In his first attempt at the governor’s seat in 1958, Wallace ran as a moderate. He blasted his opponent, eventual victor John Patterson, for “rolling with the new wave of the Klan,” and even won the endorsement of the NAACP. Defeated, Wallace determined to use racial prejudice as a political tool. As a district judge in Barbour and Bullock Counties, Wallace refused to hand over voting records to the federal Civil Rights Commission, stopping, in the eyes of his supporters, “a second Sherman’s March to the Sea.” Wallace’s publicity merged seamlessly into his 1962 campaign, and the “Fighting Judge” focused on his willingness to preserve statewide segregation and prevent federal enforcement of civil rights legislation. The decision to use reaction to civil rights to win support was carefully calculated—as Wallace told one reporter, “I started off talking about schools and highways and prisons and taxes—and I couldn’t make them listen…. Then I began talking about niggers—and they stomped the floor.”
For the month of May, Wallace and DeGraffenried crossed the state. Wallace drew on public fears of integration, particularly in the wake of events at the University of Georgia. Citing his history of defiance, Wallace promised to reject even a “little” integration, a swipe at Georgia’s acquiescence to the integration of the university, and promised to follow the example of Mississippi and reject any compromise. He also attacked civil rights organizations, telling crowds that “[the] NAACP knows how I stand…and I’ll tell you again that the NAACP is against George Wallace for governor.” Wallace won the support of committed segregationists, including Bull Connor, who called the candidate the only politician able to combat “those get-rich-quick so-called Negro preachers, Martin Luther King and [Fred] Shuttlesworth.” The Anniston Star praised Wallace’s “efforts to protect the Anglo-Saxon civilization.”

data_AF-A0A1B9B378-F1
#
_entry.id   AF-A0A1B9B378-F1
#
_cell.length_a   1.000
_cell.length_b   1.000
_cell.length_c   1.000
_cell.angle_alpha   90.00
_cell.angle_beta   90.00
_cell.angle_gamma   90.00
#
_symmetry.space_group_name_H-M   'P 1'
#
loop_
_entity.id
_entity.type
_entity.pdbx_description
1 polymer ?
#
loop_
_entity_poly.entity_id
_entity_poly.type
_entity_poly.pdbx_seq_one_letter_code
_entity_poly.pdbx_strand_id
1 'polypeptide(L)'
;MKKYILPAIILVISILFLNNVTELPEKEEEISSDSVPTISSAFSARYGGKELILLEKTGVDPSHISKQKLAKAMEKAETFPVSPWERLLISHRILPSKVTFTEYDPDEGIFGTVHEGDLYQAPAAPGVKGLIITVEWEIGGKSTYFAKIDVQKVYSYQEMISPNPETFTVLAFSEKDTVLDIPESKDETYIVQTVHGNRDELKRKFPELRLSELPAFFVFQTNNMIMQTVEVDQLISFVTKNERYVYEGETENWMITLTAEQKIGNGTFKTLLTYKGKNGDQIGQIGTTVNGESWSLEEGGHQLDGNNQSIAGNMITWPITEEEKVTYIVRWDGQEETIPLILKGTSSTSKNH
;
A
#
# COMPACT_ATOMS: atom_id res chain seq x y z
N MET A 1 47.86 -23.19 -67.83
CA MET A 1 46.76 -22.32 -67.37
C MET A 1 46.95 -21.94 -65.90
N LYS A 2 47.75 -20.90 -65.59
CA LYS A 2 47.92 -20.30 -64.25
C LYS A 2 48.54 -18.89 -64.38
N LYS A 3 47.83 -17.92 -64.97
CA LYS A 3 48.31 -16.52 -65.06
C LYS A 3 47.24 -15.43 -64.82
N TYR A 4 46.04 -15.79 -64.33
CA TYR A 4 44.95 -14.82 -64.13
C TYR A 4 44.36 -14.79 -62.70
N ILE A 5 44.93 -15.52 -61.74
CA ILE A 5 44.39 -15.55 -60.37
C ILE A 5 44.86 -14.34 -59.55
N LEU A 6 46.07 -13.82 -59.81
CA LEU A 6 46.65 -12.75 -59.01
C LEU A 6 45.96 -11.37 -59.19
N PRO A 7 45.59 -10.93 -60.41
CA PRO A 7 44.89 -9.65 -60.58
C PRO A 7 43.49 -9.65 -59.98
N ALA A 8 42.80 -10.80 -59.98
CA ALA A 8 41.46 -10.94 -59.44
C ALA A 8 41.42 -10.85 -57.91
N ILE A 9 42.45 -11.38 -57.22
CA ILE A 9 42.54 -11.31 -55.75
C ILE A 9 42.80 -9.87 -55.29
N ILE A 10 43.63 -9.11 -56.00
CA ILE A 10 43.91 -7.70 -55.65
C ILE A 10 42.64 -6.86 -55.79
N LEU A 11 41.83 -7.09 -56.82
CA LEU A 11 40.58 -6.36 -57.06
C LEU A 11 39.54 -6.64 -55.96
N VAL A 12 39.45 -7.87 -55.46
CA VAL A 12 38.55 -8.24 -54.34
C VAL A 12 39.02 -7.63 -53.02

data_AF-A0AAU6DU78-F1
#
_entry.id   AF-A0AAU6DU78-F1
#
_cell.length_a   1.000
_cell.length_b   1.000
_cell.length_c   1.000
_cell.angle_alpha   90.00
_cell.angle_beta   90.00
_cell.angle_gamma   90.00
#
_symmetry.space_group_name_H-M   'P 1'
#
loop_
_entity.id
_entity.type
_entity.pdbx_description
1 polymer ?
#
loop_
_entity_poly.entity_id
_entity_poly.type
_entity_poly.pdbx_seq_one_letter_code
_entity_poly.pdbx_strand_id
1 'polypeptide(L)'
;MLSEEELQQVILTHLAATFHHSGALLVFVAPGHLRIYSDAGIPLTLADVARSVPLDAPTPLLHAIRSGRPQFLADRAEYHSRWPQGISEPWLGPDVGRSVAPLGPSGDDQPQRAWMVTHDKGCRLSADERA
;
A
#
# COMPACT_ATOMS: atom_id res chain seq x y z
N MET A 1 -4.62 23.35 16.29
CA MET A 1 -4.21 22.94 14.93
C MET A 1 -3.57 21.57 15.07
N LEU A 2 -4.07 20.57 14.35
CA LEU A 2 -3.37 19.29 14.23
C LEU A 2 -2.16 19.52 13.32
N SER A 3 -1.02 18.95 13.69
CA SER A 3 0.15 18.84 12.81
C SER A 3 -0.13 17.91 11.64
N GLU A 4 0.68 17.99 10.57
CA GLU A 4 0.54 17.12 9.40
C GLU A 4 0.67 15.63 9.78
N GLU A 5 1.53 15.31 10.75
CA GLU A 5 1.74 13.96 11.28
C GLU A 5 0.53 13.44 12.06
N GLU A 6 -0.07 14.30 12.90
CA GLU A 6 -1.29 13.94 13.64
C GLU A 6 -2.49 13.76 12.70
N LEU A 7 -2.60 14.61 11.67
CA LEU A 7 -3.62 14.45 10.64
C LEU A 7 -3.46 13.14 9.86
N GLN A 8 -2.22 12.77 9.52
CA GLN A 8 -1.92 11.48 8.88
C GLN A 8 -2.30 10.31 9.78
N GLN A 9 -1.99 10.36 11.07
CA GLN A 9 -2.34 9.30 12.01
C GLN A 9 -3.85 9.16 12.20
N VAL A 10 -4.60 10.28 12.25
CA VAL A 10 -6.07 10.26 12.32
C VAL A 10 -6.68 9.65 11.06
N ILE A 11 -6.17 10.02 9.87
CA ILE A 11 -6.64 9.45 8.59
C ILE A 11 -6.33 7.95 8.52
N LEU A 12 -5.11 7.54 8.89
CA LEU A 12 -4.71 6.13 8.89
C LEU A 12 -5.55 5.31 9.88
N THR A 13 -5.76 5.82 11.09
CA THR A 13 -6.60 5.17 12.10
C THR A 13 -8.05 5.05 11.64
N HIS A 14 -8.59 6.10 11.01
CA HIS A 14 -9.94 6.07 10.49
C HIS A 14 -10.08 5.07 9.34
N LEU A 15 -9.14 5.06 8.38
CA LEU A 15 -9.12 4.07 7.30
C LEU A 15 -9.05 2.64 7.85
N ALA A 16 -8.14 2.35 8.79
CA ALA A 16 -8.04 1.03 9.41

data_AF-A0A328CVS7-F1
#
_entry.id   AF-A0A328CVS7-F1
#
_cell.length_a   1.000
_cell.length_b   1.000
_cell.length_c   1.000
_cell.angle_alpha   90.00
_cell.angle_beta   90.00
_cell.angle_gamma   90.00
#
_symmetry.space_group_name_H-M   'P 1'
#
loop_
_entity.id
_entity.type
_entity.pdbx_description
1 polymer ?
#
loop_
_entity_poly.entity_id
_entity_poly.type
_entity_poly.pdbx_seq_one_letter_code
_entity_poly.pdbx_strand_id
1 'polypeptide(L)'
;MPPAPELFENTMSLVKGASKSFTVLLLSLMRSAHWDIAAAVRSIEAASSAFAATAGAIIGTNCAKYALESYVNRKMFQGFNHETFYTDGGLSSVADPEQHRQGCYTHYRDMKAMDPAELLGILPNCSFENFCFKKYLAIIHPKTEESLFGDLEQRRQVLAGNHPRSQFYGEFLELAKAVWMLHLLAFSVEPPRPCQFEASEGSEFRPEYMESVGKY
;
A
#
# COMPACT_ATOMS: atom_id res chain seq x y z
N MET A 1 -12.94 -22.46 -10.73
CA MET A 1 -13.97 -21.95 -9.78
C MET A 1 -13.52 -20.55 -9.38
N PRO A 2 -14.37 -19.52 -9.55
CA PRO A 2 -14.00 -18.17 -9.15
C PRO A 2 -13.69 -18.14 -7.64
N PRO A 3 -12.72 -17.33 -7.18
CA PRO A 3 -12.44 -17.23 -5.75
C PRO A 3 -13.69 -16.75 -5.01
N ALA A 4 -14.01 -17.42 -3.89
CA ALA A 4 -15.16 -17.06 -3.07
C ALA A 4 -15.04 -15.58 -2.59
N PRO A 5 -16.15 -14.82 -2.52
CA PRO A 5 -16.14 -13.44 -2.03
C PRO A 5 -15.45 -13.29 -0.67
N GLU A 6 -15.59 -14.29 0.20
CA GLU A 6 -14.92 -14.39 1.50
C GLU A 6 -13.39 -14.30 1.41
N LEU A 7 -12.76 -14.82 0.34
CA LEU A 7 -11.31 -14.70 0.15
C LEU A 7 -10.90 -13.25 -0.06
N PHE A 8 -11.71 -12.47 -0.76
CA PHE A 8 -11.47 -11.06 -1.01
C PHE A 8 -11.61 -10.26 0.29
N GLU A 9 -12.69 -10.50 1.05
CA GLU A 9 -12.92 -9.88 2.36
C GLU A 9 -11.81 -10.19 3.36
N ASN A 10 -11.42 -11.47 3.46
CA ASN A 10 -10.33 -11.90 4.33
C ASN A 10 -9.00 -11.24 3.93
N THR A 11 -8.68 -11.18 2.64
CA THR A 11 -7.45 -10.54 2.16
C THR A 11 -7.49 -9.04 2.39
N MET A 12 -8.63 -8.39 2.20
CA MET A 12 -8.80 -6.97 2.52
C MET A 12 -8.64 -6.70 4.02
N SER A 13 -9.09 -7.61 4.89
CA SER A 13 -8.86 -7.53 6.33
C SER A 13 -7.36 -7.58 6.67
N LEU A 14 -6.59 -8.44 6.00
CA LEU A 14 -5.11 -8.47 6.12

DeGraffenried struggled to rebut the fiery rhetoric. He also defended segregation, but he argued that Wallace’s public baiting of the federal government would only serve to increase national attention on the state. He promised to preserve the state’s laws, but not “invite trouble with loud talk about it.” He reassured voters, “I believe in [segregation] as strong as a man can believe in anything,” but counseled “good sound laws” instead of keeping the state “on the front page of the newspapers and television cameras of the country.” The Huntsville Times supported the more moderate DeGraffenried: “Alabama must present a better image to the nation if we are to gain needed new industry, attract higher skilled and qualifi ed men from other states and keep within our borders those we develop here.”
On May 29, 1962, Alabama voters chose Wallace. In South Alabama and the Black Belt, the segregationist won big majorities, while DeGraffenried took the urban counties of Jefferson and Madison. The election demonstrated a growing split between counties moving towards moderation and those seeking a staunch defense of racial segregation. In his victory, Wallace looked to southern “tradition.” In a political ad that ran in the Montgomery Advertiser days before the election, his supporters promised that he would “[stand] on the hallowed spot where Jefferson Davis stood” and “a better and brighter day will dawn for all of us and for our state.” Within months of his election in the fall of 1962, Wallace demonstrated that his “better day” came at the expense of basic political and social equality for all Alabamians.